Ms Plain said there are questions of “credibility” that the Premier must answer.

“There is serious doubt as to whether there is a legitimate basis for the curfew,” she said.

She said “millions of healthy citizens” were being unnecessarily impacted by the decision to lock metropolitan Melbourne down after dark.

Read the full story here.7:37 amSeptember 16, 2020HIGHLIGHT

PM banned from entering Queensland

Natalie Brown

Samantha Maiden

Prime Minister Scott Morrison will be banned from entering Queensland for the duration of the state election campaign unless he is prepared to pay $2800 to quarantine for 14 days in a government facility.

Nearly seven weeks after he last entered the sunshine state, there is no sign that the Queensland Premier Annastacia Palaszczuk will lift the border bans before the October 31 election.

Picture: NCA Newswire/Martin Ollman

Queensland’s border ban will effectively stop the Prime Minister, Labor leader Anthony Albanese and any other frontbenchers from entering the state for the duration of the election unless they are prepared to spend a fortnight in quarantine.

Read the full story here.7:09 amSeptember 16, 2020HIGHLIGHT

Experts back QLD’s call to keep NSW out

Natalie Brown

The Australian Health Protection Principal Committee (AHPPC) have backed Queensland’s definition of a COVID-19 hotspot – a definition which has resulted in the state’s hard border stance.

The expert health panel sent state premiers its proposed definition of a hotspot today.

In a copy obtained by 7 News, the AHPPC’s statement defines a “COVID-Free Zone as an area that has no locally acquired cases that pose a risk to the community in the previous 28 days”.

Picture: Tertius Pickard/NCA NewsWire

The definition, which will be discussed at National Cabinet this Friday, means NSW will continue to be classified as a hotspot, with residents banned from entering Queensland.

NSW Premier Gladys Berejiklian this morning said Queensland’s potential plans to adopt a 14-day no community transmission benchmark before reopening roads was simply swapping an “impossible” threshold with a “highly unlikely” one.

“At this point in time, NSW doesn’t have any hotspots,” Ms Berejiklian said told reporters.

“We have cases which are concerning [and] we have unknown cases in the past that we’re trying to chase as well. But if you look at the overall picture and what we’re up to, there wouldn’t be a reason why those borders should still be in place.”

The NSW leader said it was wrong to “make decisions based on one case or two cases” because it often took several days to test the genomics.6:41 amSeptember 16, 2020HIGHLIGHT

CHO commends ‘titantic effort’ of Victorians

Natalie Brown

Deputy chief medical officer Nick Coatsworth is speaking now, and has commended the “titantic efforts” of Victorians in fighting the virus.

“The numbers are clearly improving on a national level and most pleasingly in Victoria and the 7-day rolling average of course dipped below 50 cases per day – 49.6, came in just under 50,” Dr Coatsworth told reporters.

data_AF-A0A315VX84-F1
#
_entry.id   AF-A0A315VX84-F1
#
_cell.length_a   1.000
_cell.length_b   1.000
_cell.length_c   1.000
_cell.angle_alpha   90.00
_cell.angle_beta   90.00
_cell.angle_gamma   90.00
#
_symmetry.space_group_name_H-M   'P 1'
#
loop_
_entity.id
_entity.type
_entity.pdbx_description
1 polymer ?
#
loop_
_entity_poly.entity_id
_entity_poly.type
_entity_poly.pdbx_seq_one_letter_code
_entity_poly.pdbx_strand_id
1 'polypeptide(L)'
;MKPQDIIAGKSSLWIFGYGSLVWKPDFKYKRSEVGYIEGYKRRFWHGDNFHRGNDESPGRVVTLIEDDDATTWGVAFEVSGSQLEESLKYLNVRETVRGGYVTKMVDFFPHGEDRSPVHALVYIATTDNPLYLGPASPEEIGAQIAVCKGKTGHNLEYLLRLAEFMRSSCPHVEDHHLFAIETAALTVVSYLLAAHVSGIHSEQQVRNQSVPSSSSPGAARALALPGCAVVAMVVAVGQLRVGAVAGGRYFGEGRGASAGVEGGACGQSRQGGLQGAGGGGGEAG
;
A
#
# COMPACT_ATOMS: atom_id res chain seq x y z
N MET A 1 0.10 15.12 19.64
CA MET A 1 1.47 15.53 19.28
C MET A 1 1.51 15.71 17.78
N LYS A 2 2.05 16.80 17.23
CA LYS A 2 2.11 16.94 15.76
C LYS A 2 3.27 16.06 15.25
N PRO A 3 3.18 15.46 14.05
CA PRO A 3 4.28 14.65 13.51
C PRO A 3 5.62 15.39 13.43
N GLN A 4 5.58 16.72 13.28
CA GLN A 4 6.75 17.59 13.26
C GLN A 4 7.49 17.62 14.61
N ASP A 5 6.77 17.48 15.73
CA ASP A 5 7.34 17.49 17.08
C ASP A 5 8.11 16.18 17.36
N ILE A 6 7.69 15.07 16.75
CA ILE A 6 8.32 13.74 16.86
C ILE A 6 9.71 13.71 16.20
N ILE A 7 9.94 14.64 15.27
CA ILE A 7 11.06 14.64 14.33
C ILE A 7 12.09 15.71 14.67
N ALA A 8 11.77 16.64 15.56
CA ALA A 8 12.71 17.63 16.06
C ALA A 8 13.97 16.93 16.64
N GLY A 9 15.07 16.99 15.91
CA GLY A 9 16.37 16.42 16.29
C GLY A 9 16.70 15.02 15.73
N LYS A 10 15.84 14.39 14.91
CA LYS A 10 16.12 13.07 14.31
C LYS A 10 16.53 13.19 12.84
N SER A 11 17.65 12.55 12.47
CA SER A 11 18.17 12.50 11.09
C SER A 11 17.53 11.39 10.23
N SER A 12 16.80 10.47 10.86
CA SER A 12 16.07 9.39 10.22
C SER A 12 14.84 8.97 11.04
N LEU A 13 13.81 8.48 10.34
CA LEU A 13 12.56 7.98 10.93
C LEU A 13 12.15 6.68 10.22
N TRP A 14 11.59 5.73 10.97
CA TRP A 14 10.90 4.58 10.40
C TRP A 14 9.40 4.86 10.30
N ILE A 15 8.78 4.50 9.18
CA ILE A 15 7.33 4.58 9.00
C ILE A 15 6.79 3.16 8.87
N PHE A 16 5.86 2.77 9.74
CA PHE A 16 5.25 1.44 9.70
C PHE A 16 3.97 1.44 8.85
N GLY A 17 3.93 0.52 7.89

“But very positive news and a testimony to the titanic efforts of the Victorian community in Melbourne and surrounds under the Stage 4 restrictions and regional Victoria as well.

“And certainly pleasing to see that some of those restrictions that regional Victorians have been living under are starting to be lifted.”

Dr Coatsworth said Australia’s response to the coronavirus pandemic – despite Victoria’s second wave – “remains an exemplar for the world and testimony to our public health units, the tireless work of our public health professionals, the adaptabilities and flexibility of our test trace isolate systems and of course the capacity of our healthcare system”.

“One of the best in the world and one that has been able to provide care for Australians when and where they need it if they suffer from COVID-19,” he said.6:09 amSeptember 16, 2020HIGHLIGHT

Deputy CHO to give COVID-19 update at 3:30pm

Natalie Brown

Deputy chief health officer Nick Coatsworth is set to give a national coronavirus update in just under 30 minutes.

In terms of new cases today, Australia has had just over 50 – with 42 in Victoria, 10 in NSW and one in Western Australia.

We’ll bring you the key details from Dr Coatsworth’s update here.

Picture: David Gray/Getty Images5:57 amSeptember 16, 2020HIGHLIGHT

Hundreds of jobs to go at ANU

Natalie Brown

Australian National University announced today that 465 jobs will be lost due to the financial impacts of COVID-19.

Some 250 staff have planned to or already accepted voluntary redundancies, with a further reduction needed of 215 positions.

The university said it will need to save $103 million each year up until 2023, having already saved $13.5 million from deferred pay rises.

“The changes required are painful, and the changes we make must leave the University in a state that will allow us to thrive in the years to come,” ANU vice-chancellor Brian Schmidt told staff today.

“The stark reality is: we need to save money, and this will mean spending a lot less, both on our non-salary expenditure, but also on salaries.

“This is not a course of action we wanted to take, but it is our only viable option going forward if we want to remain a sustainable, stable university.

“The need for our University and its mission is clear, and we must make sure we can deliver on that mission, and not be a hollowed-out shell of our former selves.”5:37 amSeptember 16, 2020HIGHLIGHT

Victorian outbreaks with highest number of active cases

Natalie Brown

Victoria’s DHHS have released their daily breakdown of the state’s coronavirus cases.

Non-aged care outbreaks with the highest number of active cases include:

  • 12 active cases are currently linked to Footscray Hospital (13 cases total)
  • 10 active cases are currently linked to Bulla Dairy Foods in Colac (20 cases total)
  • 9 active cases are currently linked to Vawdrey Australia Truck Manufacturer (64 cases total)
  • 8 active cases are currently linked to Wydinia Kindergarten in Colac (16 cases total)
  • 5 active cases are currently linked to Dandenong Police Station (15 cases total)

Of the 991 active cases in Victoria overall, 948 are in metropolitan Melbourne – which is under stage 4 restrictions – and 37 are in regional Victoria – which is under stage 3 restrictions.

All eight of today’s deaths – six of which occurred prior to yesterday – are linked to known outbreaks in aged care facilities.

The average number of cases diagnosed in the last 14 days for metropolitan Melbourne is 49.6 and regional Victoria is 3.5.

The total number of cases from an unknown source in the last 14 days is 81 for metropolitan Melbourne and one for regional Victoria.